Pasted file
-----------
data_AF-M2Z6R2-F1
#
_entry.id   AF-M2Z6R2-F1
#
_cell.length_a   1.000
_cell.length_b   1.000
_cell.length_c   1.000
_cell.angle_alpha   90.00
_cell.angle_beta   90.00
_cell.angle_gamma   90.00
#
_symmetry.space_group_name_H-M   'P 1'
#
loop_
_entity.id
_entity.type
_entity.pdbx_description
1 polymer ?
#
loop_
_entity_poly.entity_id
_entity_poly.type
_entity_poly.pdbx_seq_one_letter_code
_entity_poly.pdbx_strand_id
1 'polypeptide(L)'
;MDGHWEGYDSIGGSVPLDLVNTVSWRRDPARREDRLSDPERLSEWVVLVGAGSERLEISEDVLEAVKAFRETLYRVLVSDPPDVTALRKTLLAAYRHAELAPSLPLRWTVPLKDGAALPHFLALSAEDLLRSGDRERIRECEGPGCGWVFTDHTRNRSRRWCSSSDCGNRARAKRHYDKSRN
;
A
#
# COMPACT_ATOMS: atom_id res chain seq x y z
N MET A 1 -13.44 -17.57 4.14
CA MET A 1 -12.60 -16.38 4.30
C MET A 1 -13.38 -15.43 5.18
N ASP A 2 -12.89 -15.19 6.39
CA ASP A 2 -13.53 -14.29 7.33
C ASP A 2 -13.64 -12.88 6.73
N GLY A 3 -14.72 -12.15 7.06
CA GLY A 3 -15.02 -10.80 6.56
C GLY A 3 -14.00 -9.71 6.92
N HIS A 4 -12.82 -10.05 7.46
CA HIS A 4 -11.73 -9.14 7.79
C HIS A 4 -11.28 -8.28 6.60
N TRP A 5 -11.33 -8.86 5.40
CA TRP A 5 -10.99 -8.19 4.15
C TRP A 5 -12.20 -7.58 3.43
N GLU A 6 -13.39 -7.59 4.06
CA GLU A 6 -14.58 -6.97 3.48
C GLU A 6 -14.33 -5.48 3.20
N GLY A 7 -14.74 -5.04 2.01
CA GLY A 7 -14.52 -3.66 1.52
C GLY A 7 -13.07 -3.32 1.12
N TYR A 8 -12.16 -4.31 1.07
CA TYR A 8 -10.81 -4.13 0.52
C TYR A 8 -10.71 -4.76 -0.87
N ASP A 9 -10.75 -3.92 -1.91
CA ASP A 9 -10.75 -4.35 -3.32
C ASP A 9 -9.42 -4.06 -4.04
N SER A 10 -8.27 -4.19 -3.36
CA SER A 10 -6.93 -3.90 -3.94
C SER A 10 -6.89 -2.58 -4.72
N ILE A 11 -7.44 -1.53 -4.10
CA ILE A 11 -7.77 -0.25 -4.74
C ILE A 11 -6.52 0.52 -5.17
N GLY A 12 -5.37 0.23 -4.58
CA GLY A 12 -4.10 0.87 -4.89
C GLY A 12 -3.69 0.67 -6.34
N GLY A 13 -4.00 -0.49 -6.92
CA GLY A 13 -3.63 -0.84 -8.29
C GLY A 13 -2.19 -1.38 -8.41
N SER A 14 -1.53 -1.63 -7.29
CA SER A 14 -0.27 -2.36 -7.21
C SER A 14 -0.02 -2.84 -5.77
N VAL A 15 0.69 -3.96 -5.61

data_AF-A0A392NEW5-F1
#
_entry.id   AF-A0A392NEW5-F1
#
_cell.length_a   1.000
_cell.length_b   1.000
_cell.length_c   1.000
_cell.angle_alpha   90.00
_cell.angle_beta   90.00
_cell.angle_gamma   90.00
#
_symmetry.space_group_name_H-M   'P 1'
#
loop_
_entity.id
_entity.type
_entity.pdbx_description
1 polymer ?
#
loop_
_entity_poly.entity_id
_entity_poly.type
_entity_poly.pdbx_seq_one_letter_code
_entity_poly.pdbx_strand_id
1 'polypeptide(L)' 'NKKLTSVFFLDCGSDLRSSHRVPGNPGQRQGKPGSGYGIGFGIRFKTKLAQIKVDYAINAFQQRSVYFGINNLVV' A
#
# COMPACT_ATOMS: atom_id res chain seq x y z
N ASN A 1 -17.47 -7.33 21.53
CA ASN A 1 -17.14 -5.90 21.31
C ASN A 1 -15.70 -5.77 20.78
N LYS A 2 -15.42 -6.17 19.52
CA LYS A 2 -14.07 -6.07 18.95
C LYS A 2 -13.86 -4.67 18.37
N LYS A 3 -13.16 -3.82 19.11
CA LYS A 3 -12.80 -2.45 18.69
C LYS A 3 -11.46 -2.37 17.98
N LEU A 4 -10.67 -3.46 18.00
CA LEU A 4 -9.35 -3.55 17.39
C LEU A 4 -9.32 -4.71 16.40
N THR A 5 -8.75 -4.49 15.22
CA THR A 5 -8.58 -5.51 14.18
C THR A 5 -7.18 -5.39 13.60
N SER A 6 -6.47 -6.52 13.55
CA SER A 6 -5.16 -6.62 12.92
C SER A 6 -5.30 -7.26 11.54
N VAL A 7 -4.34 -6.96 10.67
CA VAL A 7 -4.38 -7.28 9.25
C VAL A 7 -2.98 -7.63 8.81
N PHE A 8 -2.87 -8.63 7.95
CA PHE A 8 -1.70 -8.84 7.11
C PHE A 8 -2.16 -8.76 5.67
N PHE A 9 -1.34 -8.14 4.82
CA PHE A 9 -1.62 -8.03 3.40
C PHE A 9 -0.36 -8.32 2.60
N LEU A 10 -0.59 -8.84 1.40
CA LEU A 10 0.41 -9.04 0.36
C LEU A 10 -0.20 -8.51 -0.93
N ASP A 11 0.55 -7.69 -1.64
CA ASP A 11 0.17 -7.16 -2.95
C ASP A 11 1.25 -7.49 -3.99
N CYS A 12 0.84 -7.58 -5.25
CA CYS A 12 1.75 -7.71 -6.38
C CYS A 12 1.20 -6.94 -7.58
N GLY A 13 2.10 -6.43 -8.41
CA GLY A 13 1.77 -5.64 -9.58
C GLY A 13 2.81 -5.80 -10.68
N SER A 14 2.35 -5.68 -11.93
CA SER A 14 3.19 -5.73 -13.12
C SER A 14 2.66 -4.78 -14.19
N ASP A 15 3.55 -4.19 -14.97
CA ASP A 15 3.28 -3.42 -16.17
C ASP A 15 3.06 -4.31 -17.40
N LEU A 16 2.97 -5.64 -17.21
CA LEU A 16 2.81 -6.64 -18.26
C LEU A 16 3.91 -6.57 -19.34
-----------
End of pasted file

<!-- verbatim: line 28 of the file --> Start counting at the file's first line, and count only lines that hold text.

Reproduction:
A